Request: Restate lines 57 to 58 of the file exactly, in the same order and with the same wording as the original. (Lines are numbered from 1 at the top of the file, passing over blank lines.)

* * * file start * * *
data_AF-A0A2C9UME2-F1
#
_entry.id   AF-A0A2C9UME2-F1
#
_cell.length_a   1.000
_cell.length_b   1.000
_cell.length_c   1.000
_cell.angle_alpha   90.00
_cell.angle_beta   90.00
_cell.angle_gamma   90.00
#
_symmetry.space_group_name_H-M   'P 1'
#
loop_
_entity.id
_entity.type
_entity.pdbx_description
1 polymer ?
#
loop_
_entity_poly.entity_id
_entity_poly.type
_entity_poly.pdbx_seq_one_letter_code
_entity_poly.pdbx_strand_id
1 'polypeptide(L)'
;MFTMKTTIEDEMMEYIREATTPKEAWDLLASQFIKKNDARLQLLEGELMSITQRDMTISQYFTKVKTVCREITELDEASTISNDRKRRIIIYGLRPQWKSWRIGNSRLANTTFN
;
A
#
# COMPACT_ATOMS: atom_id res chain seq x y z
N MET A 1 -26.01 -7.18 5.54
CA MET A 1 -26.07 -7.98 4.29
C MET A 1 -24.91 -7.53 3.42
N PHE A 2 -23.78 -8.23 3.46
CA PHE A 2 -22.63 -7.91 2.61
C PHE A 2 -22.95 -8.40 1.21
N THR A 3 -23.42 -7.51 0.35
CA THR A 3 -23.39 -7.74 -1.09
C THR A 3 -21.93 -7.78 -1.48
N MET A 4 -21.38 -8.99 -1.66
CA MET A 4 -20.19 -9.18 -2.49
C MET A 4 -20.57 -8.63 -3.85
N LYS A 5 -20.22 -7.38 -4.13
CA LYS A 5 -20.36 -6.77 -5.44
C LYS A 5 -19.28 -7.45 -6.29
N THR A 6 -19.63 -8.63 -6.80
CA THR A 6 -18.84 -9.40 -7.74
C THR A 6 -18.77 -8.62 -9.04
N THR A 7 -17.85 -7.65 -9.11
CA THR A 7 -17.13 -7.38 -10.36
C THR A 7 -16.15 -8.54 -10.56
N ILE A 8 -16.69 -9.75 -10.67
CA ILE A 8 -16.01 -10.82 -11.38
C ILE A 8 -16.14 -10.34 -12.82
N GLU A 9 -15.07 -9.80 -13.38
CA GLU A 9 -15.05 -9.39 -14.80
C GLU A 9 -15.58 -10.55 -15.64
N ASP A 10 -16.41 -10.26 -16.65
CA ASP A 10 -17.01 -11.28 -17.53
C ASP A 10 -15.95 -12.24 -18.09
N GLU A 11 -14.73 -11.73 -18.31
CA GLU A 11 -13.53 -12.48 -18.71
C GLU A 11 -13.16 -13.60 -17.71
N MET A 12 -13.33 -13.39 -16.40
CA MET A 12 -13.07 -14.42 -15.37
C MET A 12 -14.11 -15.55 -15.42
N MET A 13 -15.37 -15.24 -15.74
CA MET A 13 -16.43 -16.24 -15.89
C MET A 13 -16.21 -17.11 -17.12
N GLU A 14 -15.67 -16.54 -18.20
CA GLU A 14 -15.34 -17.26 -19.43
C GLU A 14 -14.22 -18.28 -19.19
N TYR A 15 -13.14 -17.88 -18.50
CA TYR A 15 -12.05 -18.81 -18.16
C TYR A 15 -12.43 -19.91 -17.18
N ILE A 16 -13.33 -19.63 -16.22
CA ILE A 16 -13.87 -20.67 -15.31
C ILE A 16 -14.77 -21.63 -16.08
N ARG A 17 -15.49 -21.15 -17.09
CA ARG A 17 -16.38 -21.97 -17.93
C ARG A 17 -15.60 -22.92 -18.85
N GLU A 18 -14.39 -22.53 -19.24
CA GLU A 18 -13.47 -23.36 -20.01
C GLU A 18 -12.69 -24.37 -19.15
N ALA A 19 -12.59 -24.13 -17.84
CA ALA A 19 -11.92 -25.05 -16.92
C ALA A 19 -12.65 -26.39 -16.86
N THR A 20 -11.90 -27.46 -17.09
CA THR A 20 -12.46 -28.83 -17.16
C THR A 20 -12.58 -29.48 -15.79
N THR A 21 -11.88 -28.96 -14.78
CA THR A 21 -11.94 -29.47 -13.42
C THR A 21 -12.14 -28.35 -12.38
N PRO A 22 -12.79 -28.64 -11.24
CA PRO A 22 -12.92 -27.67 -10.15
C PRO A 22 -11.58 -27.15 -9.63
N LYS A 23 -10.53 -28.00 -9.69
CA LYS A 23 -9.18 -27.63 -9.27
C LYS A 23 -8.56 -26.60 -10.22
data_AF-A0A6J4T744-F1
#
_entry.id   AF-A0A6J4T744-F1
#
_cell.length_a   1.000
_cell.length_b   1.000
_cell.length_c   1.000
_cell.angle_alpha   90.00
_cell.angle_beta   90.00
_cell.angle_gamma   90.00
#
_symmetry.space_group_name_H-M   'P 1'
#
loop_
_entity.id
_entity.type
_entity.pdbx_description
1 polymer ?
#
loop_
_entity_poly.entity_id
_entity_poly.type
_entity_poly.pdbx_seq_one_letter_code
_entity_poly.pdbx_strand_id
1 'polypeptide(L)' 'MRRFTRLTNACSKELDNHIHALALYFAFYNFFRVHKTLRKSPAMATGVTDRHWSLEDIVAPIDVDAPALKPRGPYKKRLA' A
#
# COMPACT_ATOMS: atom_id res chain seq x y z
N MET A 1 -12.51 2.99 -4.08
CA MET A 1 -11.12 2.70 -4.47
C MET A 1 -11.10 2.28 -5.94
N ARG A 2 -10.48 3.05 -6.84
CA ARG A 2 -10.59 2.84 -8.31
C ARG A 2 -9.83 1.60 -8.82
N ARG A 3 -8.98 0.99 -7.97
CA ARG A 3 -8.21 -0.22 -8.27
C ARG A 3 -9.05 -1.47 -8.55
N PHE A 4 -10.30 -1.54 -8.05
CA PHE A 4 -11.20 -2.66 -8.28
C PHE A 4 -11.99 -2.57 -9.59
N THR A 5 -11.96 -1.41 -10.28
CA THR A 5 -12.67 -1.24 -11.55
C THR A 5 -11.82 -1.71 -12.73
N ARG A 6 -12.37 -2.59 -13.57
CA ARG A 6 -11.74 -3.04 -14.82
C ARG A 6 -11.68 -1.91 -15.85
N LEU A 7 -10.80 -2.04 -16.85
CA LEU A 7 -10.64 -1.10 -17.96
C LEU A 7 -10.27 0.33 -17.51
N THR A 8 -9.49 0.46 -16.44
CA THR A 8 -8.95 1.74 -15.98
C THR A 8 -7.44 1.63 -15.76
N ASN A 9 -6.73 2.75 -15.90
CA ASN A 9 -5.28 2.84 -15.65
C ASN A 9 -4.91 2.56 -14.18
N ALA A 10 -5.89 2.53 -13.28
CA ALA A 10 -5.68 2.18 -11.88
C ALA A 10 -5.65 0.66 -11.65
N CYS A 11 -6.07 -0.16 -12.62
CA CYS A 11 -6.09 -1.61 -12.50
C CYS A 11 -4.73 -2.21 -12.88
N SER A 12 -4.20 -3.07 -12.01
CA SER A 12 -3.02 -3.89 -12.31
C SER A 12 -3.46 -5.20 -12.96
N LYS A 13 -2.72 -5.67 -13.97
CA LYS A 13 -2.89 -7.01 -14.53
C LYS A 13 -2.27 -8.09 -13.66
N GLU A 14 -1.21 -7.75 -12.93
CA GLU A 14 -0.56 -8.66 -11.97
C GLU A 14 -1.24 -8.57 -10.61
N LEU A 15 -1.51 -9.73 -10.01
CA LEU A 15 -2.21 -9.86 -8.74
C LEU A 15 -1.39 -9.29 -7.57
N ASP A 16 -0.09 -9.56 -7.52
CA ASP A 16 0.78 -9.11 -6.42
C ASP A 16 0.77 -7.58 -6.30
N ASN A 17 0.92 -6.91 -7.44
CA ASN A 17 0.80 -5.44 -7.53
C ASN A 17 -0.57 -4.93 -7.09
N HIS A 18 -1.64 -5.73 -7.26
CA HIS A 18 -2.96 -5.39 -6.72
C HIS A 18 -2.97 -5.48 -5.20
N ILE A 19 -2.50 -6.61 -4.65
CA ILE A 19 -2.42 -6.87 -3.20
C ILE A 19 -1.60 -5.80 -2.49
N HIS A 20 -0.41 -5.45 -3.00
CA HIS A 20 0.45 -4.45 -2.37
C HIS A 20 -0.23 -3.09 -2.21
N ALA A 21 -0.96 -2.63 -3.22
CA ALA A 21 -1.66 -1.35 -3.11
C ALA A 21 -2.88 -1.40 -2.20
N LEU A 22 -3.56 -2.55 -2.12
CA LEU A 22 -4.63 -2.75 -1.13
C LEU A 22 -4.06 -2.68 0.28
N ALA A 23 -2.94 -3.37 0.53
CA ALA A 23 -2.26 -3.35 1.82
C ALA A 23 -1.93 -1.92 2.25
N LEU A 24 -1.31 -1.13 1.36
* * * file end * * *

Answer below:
C GLU A 9 -15.58 -10.55 -15.64
N ASP A 10 -16.41 -10.26 -16.65